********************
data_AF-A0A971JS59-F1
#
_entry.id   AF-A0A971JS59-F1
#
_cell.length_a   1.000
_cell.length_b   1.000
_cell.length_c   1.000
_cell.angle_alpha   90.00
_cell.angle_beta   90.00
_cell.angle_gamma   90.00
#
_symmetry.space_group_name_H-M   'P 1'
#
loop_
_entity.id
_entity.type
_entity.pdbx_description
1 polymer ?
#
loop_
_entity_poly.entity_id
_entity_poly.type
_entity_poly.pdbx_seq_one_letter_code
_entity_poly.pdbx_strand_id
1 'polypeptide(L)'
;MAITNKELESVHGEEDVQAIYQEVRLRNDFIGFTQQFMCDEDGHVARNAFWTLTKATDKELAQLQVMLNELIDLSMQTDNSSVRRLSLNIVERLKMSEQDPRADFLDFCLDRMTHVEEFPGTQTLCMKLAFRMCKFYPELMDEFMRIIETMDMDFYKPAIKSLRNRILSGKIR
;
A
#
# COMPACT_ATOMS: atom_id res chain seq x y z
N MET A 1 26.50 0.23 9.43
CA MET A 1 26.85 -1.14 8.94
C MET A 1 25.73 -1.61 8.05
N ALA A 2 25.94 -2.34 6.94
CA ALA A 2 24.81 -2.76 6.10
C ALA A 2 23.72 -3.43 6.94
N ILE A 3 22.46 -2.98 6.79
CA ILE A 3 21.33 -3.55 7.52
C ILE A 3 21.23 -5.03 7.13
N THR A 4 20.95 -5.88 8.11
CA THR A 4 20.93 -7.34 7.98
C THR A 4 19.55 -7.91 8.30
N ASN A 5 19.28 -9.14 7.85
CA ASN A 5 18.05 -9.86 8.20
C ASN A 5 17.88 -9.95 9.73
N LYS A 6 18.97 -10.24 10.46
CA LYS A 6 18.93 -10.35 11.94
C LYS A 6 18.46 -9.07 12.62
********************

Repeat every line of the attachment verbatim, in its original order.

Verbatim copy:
data_AF-A0A971JS59-F1
#
_entry.id   AF-A0A971JS59-F1
#
_cell.length_a   1.000
_cell.length_b   1.000
_cell.length_c   1.000
_cell.angle_alpha   90.00
_cell.angle_beta   90.00
_cell.angle_gamma   90.00
#
_symmetry.space_group_name_H-M   'P 1'
#
loop_
_entity.id
_entity.type
_entity.pdbx_description
1 polymer ?
#
loop_
_entity_poly.entity_id
_entity_poly.type
_entity_poly.pdbx_seq_one_letter_code
_entity_poly.pdbx_strand_id
1 'polypeptide(L)'
;MAITNKELESVHGEEDVQAIYQEVRLRNDFIGFTQQFMCDEDGHVARNAFWTLTKATDKELAQLQVMLNELIDLSMQTDNSSVRRLSLNIVERLKMSEQDPRADFLDFCLDRMTHVEEFPGTQTLCMKLAFRMCKFYPELMDEFMRIIETMDMDFYKPAIKSLRNRILSGKIR
;
A
#
# COMPACT_ATOMS: atom_id res chain seq x y z
N MET A 1 26.50 0.23 9.43
CA MET A 1 26.85 -1.14 8.94
C MET A 1 25.73 -1.61 8.05
N ALA A 2 25.94 -2.34 6.94
CA ALA A 2 24.81 -2.76 6.10
C ALA A 2 23.72 -3.43 6.94
N ILE A 3 22.46 -2.98 6.79
CA ILE A 3 21.33 -3.55 7.52
C ILE A 3 21.23 -5.03 7.13
N THR A 4 20.95 -5.88 8.11
CA THR A 4 20.93 -7.34 7.98
C THR A 4 19.55 -7.91 8.30
N ASN A 5 19.28 -9.14 7.85
CA ASN A 5 18.05 -9.86 8.20
C ASN A 5 17.88 -9.95 9.73
N LYS A 6 18.97 -10.24 10.46
CA LYS A 6 18.93 -10.35 11.94
C LYS A 6 18.46 -9.07 12.62